Business intelligence software developer Business Objects is expanding its push into the midmarket, and the vendor's counting on its channel partners for help.
The company has unveiled Crystal Decisions, Standard Edition, a line-of-business intelligence tool that targets midsize companies (defined by Business Objects as businesses with sales of up to $1 billion and 2,500 or fewer employees). Whose job will it be to provide professional services to those midsize players? The Business Objects network of 2,300 channel partners.
According to market-research firm IDC, the worldwide BI software market is valued at $5.9 billion. Business Objects estimates that midsize companies make up 35 percent, or $2.1 billion of that space.
And there's more good news. While many large companies have implemented BI software already, a slew of sales opportunities remain in the SMB market, says Todd Rowe, vice president of worldwide midmarket business at Business Objects. He estimates that sales in the midmarket BI sector are growing at a clip of 12.5 percent annually, vs. 9.8 percent for BI sales overall.
Business Objects, with locations worldwide, sells a number of BI, enterprise information management, and planning and budgeting applications to large customers. The new product, Crystal Decisions, is a single integrated package that's affordable and easy to deploy. The product includes reporting, ad hoc query and analysis, and dashboard tools.
Rowe insists that the midmarket package, geared at companies that typically have small IT budgets and fewer technical resources than their enterprise brethren, isn't a "dumbed-down" version of Business Objects' enterprise-class software. But it does have fewer configuration options (five, vs. 20 for the flagship product, BusinessObjects XI) and will not run on Unix. Pricing in North America starts at $20,000 for five concurrent users on a single Windows or Linux server.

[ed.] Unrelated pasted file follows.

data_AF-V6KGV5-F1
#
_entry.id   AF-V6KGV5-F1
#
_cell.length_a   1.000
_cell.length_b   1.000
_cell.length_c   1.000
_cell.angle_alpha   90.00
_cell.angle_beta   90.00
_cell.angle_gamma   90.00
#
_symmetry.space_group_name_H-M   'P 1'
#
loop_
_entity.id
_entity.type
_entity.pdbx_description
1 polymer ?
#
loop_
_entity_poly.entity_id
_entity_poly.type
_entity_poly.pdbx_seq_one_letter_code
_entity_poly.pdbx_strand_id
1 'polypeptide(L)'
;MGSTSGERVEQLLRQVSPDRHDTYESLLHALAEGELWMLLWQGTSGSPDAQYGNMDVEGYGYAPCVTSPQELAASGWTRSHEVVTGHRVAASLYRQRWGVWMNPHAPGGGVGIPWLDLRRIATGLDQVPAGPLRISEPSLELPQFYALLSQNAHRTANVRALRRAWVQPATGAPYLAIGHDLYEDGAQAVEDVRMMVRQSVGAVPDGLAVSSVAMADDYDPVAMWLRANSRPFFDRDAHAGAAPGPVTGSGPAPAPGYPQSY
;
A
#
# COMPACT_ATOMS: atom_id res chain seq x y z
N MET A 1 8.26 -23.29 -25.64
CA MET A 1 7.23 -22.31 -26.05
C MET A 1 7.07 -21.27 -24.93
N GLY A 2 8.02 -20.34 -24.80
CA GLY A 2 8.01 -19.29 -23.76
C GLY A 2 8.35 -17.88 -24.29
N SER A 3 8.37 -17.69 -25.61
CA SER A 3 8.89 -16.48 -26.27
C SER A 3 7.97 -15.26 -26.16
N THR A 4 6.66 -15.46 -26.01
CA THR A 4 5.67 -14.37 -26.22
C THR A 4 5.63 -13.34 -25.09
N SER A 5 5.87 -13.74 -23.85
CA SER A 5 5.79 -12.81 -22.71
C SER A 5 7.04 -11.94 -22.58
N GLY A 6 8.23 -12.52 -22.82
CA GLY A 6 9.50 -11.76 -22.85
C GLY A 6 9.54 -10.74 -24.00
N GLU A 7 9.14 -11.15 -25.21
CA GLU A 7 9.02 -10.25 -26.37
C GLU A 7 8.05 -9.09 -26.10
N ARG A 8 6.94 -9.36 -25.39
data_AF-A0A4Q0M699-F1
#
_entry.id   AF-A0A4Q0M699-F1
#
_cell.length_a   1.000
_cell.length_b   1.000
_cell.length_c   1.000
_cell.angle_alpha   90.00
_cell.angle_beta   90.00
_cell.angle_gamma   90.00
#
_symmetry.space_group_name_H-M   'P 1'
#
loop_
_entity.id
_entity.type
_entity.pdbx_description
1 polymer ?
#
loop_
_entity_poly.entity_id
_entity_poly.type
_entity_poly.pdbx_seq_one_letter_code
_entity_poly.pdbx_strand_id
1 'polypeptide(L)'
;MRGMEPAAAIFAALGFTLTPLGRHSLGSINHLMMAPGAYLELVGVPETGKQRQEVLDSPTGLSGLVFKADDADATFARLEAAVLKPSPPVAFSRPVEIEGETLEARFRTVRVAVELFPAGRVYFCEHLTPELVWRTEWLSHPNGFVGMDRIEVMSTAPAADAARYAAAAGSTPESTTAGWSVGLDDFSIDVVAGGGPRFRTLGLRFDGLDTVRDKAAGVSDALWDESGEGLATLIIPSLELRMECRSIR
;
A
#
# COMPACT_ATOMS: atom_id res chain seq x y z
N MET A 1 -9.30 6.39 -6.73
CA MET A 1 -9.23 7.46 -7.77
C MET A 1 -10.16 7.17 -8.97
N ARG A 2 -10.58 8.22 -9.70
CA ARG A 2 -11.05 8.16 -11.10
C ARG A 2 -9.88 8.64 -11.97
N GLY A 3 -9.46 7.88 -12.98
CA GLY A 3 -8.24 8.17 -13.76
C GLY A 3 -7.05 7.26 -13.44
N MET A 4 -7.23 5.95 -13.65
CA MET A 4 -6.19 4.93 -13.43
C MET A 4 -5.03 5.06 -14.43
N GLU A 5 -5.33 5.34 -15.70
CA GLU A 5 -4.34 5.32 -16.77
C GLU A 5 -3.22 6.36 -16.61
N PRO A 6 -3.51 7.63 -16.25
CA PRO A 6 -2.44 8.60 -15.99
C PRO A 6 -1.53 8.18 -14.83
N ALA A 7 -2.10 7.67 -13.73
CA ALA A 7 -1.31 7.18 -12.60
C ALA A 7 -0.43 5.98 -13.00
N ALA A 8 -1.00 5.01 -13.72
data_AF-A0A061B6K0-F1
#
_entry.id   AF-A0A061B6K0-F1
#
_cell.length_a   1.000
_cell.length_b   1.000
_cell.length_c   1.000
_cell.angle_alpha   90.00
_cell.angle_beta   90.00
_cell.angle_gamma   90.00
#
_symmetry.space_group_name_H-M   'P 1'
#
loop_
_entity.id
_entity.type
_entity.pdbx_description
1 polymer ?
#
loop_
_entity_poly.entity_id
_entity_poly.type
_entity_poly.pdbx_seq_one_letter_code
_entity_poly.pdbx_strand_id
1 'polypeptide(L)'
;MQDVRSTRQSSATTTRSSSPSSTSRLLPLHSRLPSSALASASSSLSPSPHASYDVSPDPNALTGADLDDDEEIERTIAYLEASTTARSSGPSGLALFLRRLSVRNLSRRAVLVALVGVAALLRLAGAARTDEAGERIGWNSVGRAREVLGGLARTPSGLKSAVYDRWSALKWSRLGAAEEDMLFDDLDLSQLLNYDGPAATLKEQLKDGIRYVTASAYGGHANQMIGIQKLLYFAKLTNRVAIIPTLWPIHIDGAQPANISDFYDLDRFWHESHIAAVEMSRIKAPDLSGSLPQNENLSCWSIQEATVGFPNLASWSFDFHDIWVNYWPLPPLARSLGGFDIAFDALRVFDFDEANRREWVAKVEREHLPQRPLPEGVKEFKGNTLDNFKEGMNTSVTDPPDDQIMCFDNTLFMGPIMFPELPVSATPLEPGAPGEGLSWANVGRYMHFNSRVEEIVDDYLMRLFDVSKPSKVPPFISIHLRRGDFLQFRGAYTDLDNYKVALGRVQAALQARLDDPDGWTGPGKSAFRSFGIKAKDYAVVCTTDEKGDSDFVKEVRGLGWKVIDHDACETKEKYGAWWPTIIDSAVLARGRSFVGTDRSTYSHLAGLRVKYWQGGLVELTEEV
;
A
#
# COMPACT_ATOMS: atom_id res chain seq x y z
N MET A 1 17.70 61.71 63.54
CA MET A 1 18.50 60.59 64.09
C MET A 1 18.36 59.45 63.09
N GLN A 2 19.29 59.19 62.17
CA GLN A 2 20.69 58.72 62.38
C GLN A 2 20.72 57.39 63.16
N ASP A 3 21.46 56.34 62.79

The relatively low price is a key selling point for solution providers, such as Preferred Strategies, a Soquel, Calif.-based company that integrates Business Objects software with ERP applications from JD Edwards and other vendors.
"I think it's the right product positioned for the entry-level customer," says Bob Vander Woude, sales and marketing vice president at Preferred. He notes that small and midsize companies are very price-sensitive and it's hard to get a foot in the door of customers when you're selling a product that costs six figures. "We're going to get a lot more accounts that we can grow."
By mid-2007, Business Objects plans to offer a Professional Edition of the midmarket package with data-integration capabilities. A Premium Edition due in the second half of the year will add performance-management functionality, including scorecards and advanced metrics, to the mix. All three editions are based on the same code base as BusinessObjects XI.
Under a shift in Business Objects' partner-engagement model, solution providers will now be the primary vehicles for delivering professional services to midmarket customers. In addition, VARs will be able to generate
revenue through software licensing by co-selling Business Objects software, and through education, support and maintenance.
The vendor is also working with solution providers to develop software templates, reports and data connectors around Crystal Decisions for specific business processes and vertical industries. Business Objects may resell some of those partner-developed products and pay royalties to solution providers.
While Business Objects will sell Crystal Decisions directly to named accounts, sales representatives will earn the same commission if they make a sale through a VAR, thus avoiding channel conflict. Vander Woude says his company has always worked well with Business Objects' sales organizations and has never encountered channel conflict. Business Objects also will operate a deal registry for channel partners.
Today, about 50 percent of all Business Objects' sales are generated through the channel. Rowe says he expects that number to increase with the midmarket initiative, although he wouldn't disclose further details.